Love them or hate them, Amazon is a polarizing topic in the book industry. It's been the subject of numerous articles, think pieces, rants, and ravings, and a couple days ago it was the focus of a televised debate.
Two days ago the NY Public Library hosted a debate panel titled "Amazon: Business as Usual?". The event was streamed live before an audience, enabling this blogger and many others to witness what the American publishing industry really thinks and how it sees itself.
It was not a terribly well run event, unfortunately; aside from a token panelist, everyone on the panel hated Amazon. What's more, the so-called moderator kept failing to do her job. As an anti-Amazon person herself, Tina Bennett kept interrupting the single dissenting voice, David "Passive Guy" Vandagriff.
But the debate is what it is, and there is much to be learned from it and from what is written about it. I posted my take on the debate Tuesday night, but I am not the only one to post a commentary. Here are several other posts from a variety of sources, including a first-hand account by David Vandagriff.
After you read the excerpts, scroll down to the end. I have a comment on the commentary.
Chris Meadows of TeleRead:
So in the end, the panel turned into a preach-to-the-converted session, with almost everyone just reiterating the same tired old talking points to each other. Amazon is big and bad; it sees books as a “commodity” like mouthwash or toilet paper, when books are actually a special snowflake; it’s going to turn around and beat up on self-publishing authors after it finishes with traditional publishers, just you wait and see; traditional publishers are the guardians of literature and we’ll miss them when they’re gone; self-publishing authors “hate” the traditional publishing establishment; and so on. Vandagriff did the best he could with the time he had, but he just didn’t have time to refute six other people—especially since one of them kept interrupting him when he tried.
David Vandagriff of The Passive Voice:
As the title of the post indicates, traditional publishing and indie authors live in two different worlds. The business concerns, the view of the future, the willingness and ability to change, the attitude toward Amazon and the self-image of the two groups are widely divergent.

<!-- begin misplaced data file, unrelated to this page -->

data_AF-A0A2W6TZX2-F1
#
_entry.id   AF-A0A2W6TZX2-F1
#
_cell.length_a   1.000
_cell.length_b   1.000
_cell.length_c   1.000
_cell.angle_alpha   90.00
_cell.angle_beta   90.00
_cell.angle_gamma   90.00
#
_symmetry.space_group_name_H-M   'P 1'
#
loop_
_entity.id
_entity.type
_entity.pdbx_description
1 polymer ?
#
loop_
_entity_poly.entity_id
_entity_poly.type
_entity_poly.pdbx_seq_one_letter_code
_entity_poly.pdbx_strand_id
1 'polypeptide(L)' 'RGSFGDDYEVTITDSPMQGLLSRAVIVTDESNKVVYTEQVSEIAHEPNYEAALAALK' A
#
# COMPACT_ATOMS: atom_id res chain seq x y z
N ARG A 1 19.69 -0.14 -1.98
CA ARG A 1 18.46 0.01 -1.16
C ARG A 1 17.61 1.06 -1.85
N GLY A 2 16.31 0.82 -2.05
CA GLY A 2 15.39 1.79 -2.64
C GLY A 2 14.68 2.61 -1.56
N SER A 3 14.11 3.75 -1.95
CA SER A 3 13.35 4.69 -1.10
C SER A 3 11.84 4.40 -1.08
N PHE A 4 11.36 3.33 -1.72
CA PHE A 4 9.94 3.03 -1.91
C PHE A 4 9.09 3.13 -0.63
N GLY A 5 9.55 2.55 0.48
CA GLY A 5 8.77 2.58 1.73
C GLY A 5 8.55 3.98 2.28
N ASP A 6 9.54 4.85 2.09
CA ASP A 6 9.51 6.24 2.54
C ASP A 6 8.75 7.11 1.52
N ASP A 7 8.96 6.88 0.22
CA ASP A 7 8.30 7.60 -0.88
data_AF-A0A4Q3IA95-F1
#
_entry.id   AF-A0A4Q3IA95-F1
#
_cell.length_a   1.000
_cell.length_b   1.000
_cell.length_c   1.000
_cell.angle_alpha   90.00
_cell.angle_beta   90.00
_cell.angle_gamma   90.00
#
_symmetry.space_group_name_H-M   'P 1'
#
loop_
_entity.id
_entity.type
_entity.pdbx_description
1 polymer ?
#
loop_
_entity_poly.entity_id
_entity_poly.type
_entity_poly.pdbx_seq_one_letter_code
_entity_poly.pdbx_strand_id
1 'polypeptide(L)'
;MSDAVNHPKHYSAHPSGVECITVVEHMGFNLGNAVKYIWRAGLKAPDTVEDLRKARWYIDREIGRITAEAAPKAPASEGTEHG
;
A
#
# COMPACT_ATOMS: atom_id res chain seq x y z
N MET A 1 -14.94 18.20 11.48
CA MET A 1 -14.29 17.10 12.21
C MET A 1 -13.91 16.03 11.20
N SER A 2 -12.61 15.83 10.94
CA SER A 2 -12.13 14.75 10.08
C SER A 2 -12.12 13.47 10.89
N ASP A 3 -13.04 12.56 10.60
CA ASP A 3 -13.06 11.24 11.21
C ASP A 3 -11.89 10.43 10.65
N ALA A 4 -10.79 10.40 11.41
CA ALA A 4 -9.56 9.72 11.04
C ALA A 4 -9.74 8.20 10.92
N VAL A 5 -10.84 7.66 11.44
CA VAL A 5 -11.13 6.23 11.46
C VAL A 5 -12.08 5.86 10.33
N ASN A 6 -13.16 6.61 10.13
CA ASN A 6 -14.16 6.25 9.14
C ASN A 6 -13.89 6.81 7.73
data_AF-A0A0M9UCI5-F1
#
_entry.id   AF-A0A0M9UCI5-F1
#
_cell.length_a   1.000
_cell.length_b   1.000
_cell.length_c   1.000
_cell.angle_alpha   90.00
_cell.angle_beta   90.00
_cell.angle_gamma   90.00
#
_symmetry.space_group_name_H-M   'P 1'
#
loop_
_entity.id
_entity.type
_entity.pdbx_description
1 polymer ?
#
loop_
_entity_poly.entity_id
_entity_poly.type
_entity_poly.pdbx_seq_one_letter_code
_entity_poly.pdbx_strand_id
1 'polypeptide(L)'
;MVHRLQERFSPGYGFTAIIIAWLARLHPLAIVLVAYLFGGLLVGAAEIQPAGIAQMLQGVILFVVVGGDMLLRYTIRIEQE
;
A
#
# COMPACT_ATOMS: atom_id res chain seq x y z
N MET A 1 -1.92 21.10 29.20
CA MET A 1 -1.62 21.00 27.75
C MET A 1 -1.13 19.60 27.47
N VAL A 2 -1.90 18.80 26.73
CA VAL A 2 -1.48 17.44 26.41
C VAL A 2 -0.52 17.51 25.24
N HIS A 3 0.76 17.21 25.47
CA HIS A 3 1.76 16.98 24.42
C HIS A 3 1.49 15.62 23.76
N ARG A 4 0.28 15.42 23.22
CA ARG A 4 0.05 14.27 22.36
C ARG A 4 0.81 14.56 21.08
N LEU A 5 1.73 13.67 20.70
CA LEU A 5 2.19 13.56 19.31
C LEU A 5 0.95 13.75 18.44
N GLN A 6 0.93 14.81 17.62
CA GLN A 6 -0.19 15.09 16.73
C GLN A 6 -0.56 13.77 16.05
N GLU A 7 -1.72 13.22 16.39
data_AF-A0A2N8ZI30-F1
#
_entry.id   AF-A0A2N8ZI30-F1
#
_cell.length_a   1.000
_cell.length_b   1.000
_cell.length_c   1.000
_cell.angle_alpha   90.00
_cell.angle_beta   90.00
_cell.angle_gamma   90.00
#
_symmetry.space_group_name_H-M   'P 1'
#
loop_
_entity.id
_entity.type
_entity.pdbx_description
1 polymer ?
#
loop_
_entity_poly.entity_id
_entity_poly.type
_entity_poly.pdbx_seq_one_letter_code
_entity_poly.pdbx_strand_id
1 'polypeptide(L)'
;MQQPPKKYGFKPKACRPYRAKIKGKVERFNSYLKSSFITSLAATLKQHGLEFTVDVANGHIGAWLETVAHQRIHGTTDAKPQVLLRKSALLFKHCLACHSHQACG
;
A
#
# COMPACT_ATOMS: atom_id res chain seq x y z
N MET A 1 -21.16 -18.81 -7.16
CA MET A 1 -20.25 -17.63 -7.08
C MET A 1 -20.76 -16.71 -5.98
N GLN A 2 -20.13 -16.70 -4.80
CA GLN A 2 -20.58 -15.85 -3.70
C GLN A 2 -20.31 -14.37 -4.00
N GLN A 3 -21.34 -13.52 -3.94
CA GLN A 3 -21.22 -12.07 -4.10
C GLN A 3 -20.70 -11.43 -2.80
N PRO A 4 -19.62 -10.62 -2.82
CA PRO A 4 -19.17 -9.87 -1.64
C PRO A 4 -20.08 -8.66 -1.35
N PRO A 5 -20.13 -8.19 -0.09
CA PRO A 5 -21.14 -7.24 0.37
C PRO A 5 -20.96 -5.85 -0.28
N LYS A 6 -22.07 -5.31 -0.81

To the extent that the other panelists were representative of tradpub as a whole, PG concludes they’re terrified of Amazon. They believe that Amazon’s commitment to low prices is simply not consistent with their survival and they’re desperate to keep prices up. The idea of changing the way they operate to thrive a lower-price world is not on anyone’s radar. Neither is the concept of making up revenue and profits with higher volume.
Porter Anderson on FutureBook:
It was WME literary agent Tina Bennett who suggested to LIVE From the NYPL's curator Paul Holdengräber that the program have an evening's conversation titled "Amazon: Business as Usual?" on the New York Public Library's (NYPL) series. And as she moderated the panel Tuesday, the point that she and the group kept returning to was the development of a marketplace controlled, as Princeton-based panelist Danielle Allen put it, by one commercial entity.
By some 50 minutes into the evening, the exercise was notable for an inability or unwillingness of the powerful to speak for itself.
On a related note, Publishers Lunch did not post a commentary, nor did Publishing Perspectives. There is a story in The Bookseller, but it's behind a paywall so I can't tell if it's news or commentary.
Now that I have had a few days to digest the event, I have realized that this was not so much a debate as it was a chorus of agreement. And on that point, I judge it a failure.
Not that we should be surprised; this debate was structured in such a way that it was guaranteed to only include industry voices.
Chris Meadows pointed out how the debate could have been more balanced: "add to Vandagriff a couple of folks like Hugh Howey, J.A. Konrath, Barry Eisler, or David Gaughran for the indie publisher side".
That's a good idea, but unfortunately the debate was conceived and held in too short of a time frame. Porter Anderson said that "the discussion was pulled together in about 10 days' time" (Tina Bennett confirms that the event was put together very quickly). Anderson then goes on to fault Amazon for not sending anyone, which given the time frame was simply ridiculous.
Publishing industry conferences are planned not 10 days or 10 weeks in advance, but 10 months in advance. Even press events, which are scheduled for at least 2 weeks after the invites go out, are crafted over the course of months.
To put it simply, that short time frame between conception and holding the debate made it extremely difficult for anyone not already living in NYC to come to the event.
Unlike publishing industry insiders who live in and around NYC, a lot of us from the indie side can't afford to plunk down thousands of dollars for a last minute plane ticket and hotel room. We don't all have publishing companies to fund our travel budgets, nor is it reasonable to suggest that our schedules be disrupted at the last minute.
In short, folks, this event was set up to only include people who could commute into NYC for the day. That may not have been the intent, but whoever was in charge of the schedule should have seen it coming and done something.
Or am I wrong?